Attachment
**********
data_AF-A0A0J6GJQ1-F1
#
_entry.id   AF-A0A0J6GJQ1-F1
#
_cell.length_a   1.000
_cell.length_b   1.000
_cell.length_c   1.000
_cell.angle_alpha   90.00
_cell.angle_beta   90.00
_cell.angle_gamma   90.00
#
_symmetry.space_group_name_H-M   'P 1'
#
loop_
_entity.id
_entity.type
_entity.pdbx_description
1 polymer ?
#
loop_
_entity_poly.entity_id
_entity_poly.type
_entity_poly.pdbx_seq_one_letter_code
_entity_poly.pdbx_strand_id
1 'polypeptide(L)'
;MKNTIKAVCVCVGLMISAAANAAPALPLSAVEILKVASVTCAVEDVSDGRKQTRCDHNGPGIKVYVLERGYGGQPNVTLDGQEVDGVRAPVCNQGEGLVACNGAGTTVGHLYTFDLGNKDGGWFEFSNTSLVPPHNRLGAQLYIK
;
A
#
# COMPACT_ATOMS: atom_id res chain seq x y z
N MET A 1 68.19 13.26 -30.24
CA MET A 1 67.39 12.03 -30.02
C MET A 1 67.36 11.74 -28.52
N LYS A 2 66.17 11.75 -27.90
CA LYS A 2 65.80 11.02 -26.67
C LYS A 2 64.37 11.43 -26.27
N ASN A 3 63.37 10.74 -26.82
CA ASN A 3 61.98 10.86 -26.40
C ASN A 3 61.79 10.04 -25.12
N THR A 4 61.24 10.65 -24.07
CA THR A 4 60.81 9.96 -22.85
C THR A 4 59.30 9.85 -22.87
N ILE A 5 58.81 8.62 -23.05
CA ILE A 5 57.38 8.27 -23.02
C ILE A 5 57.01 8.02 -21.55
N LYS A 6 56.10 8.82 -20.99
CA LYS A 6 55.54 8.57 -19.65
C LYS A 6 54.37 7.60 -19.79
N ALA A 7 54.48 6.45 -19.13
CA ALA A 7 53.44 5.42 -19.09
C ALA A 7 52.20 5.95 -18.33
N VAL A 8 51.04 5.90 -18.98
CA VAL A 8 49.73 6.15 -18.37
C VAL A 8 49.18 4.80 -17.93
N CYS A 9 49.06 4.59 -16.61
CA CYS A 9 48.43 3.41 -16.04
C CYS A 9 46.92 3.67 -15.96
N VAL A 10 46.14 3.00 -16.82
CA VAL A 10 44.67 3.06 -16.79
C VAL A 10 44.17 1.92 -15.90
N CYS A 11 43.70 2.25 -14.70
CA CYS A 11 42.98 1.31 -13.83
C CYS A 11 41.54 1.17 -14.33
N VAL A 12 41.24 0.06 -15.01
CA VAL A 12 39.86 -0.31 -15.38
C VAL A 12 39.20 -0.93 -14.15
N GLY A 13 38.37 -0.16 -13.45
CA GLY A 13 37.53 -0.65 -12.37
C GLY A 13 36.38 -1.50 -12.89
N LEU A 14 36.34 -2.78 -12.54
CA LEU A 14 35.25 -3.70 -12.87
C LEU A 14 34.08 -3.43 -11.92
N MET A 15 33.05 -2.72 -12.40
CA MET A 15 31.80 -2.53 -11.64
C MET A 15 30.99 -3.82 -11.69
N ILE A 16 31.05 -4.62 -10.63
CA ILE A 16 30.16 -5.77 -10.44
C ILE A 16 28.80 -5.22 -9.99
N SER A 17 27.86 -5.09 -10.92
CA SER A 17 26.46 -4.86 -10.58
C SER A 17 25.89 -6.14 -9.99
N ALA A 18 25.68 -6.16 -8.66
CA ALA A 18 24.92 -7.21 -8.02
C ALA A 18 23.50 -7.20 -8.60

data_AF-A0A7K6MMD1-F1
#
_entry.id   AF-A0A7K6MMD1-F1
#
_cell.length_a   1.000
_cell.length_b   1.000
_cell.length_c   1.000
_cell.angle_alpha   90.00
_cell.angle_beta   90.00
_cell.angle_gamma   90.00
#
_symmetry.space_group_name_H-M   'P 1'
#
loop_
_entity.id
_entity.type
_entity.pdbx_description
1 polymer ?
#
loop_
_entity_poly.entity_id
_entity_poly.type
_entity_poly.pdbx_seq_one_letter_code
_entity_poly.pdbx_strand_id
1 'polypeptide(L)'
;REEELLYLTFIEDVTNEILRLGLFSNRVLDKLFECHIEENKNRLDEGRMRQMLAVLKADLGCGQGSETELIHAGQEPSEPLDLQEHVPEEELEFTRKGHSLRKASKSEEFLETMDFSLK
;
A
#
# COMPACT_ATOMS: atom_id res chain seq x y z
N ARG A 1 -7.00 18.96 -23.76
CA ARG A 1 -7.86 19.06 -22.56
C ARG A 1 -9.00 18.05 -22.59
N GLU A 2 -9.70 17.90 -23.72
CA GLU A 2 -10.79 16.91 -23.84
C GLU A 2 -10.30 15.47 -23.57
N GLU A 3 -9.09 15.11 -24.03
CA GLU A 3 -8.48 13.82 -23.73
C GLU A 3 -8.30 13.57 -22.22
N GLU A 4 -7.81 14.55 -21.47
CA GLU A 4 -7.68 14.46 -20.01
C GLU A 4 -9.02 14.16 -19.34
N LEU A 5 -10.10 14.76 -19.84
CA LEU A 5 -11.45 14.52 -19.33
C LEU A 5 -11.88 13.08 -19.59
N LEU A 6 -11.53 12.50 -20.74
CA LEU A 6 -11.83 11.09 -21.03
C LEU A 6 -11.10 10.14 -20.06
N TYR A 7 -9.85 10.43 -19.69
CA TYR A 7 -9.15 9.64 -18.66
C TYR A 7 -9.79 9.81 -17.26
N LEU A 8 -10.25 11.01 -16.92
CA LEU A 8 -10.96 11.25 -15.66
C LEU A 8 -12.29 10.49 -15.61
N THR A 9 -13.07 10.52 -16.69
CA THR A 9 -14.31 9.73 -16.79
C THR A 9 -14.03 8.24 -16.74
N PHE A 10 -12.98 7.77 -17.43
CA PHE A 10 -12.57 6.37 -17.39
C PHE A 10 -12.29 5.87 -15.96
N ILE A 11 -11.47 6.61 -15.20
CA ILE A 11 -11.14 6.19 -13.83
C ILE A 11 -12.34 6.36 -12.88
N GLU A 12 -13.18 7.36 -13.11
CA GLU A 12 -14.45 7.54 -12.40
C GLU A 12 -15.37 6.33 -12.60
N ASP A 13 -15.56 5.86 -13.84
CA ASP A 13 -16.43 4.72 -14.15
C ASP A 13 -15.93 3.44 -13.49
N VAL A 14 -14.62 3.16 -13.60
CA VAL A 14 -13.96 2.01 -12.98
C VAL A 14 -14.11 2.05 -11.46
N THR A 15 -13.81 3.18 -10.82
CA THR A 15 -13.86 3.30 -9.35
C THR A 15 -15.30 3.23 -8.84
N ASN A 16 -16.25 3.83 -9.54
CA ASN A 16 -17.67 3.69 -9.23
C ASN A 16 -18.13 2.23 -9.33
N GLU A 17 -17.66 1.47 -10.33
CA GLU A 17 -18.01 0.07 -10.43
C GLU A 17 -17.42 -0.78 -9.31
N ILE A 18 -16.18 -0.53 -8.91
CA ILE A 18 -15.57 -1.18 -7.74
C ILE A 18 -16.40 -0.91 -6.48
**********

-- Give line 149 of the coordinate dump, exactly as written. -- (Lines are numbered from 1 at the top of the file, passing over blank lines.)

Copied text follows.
CA GLU A 12 -14.45 7.54 -12.40